The Big Decision: Smart vs. Switched Data Center PDUs
Posted by RJ Tee on December 28, 2016
Recently, many customers have inquired about whether they should implement smart or switched power distribution units (PDUs) into their data centers. After all, when looking at the two products side by side, they appear to be almost identical, as both products offer the following features:
- Branch circuit protection
- Input current monitoring
- Environmental monitoring
- Access, security and communications
- An expansion module
- Interoperability with Server Technology’s Sentry Power Manager (SPM)
There is one major difference, though, between smart and switched PDU: A switched PDU provides the ability to toggle power on and off on a per-outlet basis. As such, a switched PDU typically offers more control and flexibility on an outlet where it’s being used.
Conversely, a smart PDU will provide the same level of critical power and environmental data, but will not allow you to make changes to the outlet from a central location. Smart PDUs are more for monitoring and reporting purposes.
Here are some reasons a business would consider investing in a switched PDU:
Rebooting and power-up sequencing: When a core network device fails, it doesn’t always need to be taken in for service, or manually inspected. Sometimes, all it takes is a reboot to correct the underlying error. Reboots aren’t always easy, though, particularly for multisite data centers or colocation facilities. They can be time consuming and expensive, if they require sending technicians out to the actual data center to complete the task. Using a switched PDU, reboots can be performed remotely from a Web interface—thus potentially eliminating the need to deploy service technicians.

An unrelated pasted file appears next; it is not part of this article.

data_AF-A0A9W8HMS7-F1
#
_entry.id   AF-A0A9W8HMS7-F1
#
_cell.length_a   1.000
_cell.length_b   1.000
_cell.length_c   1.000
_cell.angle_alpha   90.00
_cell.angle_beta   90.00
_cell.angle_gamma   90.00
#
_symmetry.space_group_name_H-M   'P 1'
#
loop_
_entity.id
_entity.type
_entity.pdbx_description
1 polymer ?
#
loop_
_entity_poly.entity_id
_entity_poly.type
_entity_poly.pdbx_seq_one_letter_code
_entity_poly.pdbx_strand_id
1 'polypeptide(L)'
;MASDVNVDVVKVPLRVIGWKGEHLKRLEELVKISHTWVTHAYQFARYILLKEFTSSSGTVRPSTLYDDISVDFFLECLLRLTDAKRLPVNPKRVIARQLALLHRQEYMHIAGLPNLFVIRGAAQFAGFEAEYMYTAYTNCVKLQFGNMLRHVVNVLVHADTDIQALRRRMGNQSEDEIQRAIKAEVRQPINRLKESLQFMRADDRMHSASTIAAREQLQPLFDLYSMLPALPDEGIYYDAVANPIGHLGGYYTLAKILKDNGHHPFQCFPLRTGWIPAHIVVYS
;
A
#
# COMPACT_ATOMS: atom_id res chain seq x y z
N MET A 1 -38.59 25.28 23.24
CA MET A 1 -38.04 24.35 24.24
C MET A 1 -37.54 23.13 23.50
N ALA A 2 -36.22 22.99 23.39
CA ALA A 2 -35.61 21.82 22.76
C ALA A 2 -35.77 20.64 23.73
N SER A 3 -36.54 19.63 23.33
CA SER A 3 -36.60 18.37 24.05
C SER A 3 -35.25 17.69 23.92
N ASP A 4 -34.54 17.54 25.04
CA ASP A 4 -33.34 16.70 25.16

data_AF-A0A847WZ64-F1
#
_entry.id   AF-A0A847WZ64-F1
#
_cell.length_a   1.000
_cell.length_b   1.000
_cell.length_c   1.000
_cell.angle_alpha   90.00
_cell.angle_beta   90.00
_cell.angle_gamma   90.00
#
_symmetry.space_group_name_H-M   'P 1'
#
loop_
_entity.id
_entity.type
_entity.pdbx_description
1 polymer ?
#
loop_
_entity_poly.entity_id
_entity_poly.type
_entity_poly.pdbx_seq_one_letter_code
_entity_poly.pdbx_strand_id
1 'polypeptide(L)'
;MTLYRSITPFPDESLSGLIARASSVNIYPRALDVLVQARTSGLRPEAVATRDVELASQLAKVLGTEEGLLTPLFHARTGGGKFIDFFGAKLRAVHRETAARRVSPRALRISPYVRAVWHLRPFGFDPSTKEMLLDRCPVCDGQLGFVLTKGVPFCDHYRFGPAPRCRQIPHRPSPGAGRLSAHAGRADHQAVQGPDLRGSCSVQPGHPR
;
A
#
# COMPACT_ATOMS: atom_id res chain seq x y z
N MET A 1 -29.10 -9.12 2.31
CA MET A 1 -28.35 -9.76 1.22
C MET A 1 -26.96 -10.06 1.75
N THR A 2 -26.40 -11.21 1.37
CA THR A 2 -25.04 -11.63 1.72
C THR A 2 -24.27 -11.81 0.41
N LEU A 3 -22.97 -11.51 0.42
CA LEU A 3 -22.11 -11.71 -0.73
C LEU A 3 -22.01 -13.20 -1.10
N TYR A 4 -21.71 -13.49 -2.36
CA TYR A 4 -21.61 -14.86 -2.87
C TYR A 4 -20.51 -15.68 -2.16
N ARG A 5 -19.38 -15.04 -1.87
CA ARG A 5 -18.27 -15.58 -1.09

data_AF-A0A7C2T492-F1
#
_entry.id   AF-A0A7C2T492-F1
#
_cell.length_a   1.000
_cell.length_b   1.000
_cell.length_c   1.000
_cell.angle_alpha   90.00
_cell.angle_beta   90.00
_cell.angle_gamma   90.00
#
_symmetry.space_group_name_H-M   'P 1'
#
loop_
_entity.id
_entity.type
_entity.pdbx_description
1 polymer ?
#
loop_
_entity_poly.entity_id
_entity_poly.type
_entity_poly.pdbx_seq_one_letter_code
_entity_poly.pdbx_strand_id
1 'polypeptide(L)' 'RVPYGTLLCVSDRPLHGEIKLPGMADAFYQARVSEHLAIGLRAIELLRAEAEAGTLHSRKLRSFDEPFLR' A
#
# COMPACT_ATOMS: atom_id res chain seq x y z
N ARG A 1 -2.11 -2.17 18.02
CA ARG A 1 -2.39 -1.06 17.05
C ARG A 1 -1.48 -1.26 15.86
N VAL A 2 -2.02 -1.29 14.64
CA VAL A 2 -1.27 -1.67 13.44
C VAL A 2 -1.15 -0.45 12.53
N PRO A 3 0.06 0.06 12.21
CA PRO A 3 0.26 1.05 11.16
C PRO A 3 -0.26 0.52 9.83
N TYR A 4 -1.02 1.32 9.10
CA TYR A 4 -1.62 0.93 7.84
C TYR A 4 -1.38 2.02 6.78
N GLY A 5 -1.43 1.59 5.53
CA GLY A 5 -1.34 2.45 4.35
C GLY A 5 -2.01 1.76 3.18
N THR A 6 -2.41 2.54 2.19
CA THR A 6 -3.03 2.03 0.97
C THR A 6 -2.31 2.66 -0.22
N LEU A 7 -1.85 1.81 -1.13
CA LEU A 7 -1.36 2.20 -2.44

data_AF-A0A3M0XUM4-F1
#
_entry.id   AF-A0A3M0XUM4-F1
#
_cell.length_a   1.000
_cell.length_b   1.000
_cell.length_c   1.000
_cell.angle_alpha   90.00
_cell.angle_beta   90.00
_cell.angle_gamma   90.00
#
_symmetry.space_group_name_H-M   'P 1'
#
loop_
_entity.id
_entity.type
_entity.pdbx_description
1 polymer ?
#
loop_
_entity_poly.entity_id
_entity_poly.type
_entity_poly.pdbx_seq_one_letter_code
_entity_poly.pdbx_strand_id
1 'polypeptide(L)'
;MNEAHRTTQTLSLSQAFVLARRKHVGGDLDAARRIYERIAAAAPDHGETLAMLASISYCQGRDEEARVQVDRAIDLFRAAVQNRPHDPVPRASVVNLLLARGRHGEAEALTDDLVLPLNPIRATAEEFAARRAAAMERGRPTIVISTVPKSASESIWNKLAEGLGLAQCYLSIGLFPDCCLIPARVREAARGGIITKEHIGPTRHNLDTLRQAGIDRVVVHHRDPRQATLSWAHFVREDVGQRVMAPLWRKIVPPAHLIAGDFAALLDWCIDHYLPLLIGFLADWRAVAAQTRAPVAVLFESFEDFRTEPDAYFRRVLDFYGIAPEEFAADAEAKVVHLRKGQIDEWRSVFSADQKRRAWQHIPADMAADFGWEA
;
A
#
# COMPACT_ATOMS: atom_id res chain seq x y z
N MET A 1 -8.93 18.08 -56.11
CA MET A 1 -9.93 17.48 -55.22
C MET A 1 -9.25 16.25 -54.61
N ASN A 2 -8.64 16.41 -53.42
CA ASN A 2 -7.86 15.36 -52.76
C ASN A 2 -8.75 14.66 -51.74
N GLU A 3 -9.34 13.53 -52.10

Switched PDUs also come in handy following power outages. In this case, operators need to be careful to avoid power surges when powering up equipment, as this can lead to additional network downtime. A switched PDU can enable staged power-up sequencing, allowing the network to ease back up to scale.
“Locking out” unused outlets: Resources like space, power and cooling come at a premium price in medium-to-large data centers—especially in growing facilities. For this reason, it can be very challenging trying to deploy new IT equipment safely. Before a device can be installed into a cabinet, it’s vital to track the cabinet’s power usage and environmental conditions over time. Otherwise, installing the device could prove to be dangerous.
Suffice to say, in a medium-to-large environment it can be very difficult trying to keep a running historical account of each cabinet’s usage history and available capacity. With the help of a switched PDU, though, managers can easily identify outlets which are not safe for use based on aggregated historical data. Then, the outlet can be toggled off so that no equipment can be added to it.
Scheduling power loads: Many data centers waste power by continuing to run equipment during off-hours when the network is not being fully used, usually because it is more cost-effective to keep the equipment running and saves time over having to manually reboot. A switched PDU allows operators to strategically schedule each outlet to avoid wasting power. As we explained in this white paper, one government agency was actually able to reduce power usage in their POC data center by an average of 50 percent for any given week using a switched PDU. It should also be noted that switched PDUs are ideal for identifying and eliminating “zombie” servers, or comatose servers that use large volumes of data over time by running idly.
The aforementioned points are just some of the benefits to using a switched PDU, and the white paper contains many more.
Keep in mind, though, that determining the right type of PDU can be very complex. And in some cases, a switched PDU may not be the best choice to fit your needs. For example, if you are managing a single facility, there may be little need to use remote management technologies; your staff members may prefer to perform outlet changes manually. The scope of your operation, your risk factor for downtime, your budgetary allowance and your staff members’ preferences should all be considered when deciding what type of PDU to use.